A decade ago, Canada had 14 LNG proposals on the table - today, there is just one under construction. Canadian LNG not only gives the world the option not to buy from rogue states, but also contributes to environmental goals when it replaces higher emission products such as coal. These are previous policy choices that now have obvious consequences. When will the government revise its regulatory regime to allow Canadian natural gas to get to tidewater?
(Text of the questions and answers follows the video)
Mr. Greg McLean (Calgary Centre, CPC): Mr. Speaker, with an aggressive Russian invasion of Ukraine, European countries recognize how dependent they are on Russian gas supplies. Forty per cent of Europe’s gas comes from Russia and Europe’s security now has a gun to its head. Coal Plants are being brought back online, undoing years of progress on emission reductions. Energy and security analysts have been warning about this danger for years. The government has lacked Canadian vision on this matter.
When will the government end its efforts to replace Canadian energy with offshore resources from hostile regimes?
Hon. Jonathan Wilkinson (Minister of Natural Resources, Lib.): Mr. Speaker, given the brutal invasion of Ukraine, European countries have very much made clear their decision to end dependence on Russian oil and gas. European countries have made it clear, including during this week's meeting of the International Energy Agency ministerial, of the pressing need for Europe to accelerate the transition to renewables and hydrogen. We are conferring and working closely with our allies on short and long-term options for stabilizing and ensuring access to long-term energy supply. I am engaged directly with our American and European counterparts and we are steadfast in our support for Ukraine and our European allies.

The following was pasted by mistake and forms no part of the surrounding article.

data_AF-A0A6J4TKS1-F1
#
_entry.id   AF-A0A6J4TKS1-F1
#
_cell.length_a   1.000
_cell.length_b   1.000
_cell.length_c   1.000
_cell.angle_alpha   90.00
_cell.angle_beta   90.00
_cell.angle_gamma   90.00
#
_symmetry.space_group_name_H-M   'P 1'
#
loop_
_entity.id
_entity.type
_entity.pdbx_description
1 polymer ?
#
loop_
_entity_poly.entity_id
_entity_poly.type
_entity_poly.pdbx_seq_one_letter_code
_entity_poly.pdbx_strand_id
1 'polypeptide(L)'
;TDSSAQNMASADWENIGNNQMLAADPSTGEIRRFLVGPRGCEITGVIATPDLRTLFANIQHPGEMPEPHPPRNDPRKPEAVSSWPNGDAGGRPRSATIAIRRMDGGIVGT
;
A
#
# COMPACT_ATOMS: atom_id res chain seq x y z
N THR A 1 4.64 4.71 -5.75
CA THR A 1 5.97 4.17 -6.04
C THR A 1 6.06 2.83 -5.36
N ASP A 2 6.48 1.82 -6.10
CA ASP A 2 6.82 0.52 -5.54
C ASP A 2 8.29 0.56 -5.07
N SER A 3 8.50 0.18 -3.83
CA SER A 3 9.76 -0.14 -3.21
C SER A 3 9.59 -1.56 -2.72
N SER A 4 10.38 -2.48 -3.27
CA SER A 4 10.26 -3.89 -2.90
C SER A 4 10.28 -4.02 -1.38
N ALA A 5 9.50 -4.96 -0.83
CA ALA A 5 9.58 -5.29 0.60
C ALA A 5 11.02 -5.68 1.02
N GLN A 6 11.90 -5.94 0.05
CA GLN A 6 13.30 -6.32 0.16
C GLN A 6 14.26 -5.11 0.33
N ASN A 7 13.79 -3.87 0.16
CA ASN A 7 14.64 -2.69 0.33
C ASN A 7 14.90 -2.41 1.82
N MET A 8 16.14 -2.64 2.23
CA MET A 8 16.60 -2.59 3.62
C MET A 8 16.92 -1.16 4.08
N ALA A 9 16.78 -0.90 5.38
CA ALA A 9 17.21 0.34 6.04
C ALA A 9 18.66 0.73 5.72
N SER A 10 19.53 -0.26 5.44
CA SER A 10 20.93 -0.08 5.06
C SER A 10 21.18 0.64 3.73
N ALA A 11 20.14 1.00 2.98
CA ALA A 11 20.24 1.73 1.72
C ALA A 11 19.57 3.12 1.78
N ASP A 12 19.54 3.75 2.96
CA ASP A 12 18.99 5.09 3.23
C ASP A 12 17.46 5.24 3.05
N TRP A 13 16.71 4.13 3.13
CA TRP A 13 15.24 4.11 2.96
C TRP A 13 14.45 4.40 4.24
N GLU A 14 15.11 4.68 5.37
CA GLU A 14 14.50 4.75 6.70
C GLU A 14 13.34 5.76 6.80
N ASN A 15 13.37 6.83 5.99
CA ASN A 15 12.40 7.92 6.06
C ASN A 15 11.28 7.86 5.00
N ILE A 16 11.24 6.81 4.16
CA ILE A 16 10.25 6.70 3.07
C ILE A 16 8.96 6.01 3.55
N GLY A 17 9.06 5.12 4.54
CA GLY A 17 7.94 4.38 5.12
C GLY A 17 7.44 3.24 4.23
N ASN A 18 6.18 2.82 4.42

Mr. Greg McLean (Calgary Centre, CPC): Mr. Speaker, it is an interesting approach, but since the government came to power, Russia’s natural gas exports have increased 35% and Canada’s exports have declined. The result? Tens of billions of dollars have flowed to fund Putin's war machine.
A decade ago, Canada had 14 LNG projects preparing to supply energy to an insecure world. Now, thanks to the government’s aimless policies none are build and only one is under construction. This is a choice with now obvious consequences.
Will the government revise its regulatory regime to allow Canadian natural gas to get to tidewater?
Hon. Jonathan Wilkinson (Minister of Natural Resources, Lib.): Mr. Speaker, as I said earlier in the chamber this week, we have made the decision to ban the importation of all petroleum products from Russia. We are working actively with our European colleagues to ensure both short-term and long-term access to energy supplies. We are working very, very proactively with the energy sector in this country, including with the Pathways alliance, to ensure we are producing our energy resources in a manner that is consistent with addressing the climate crisis.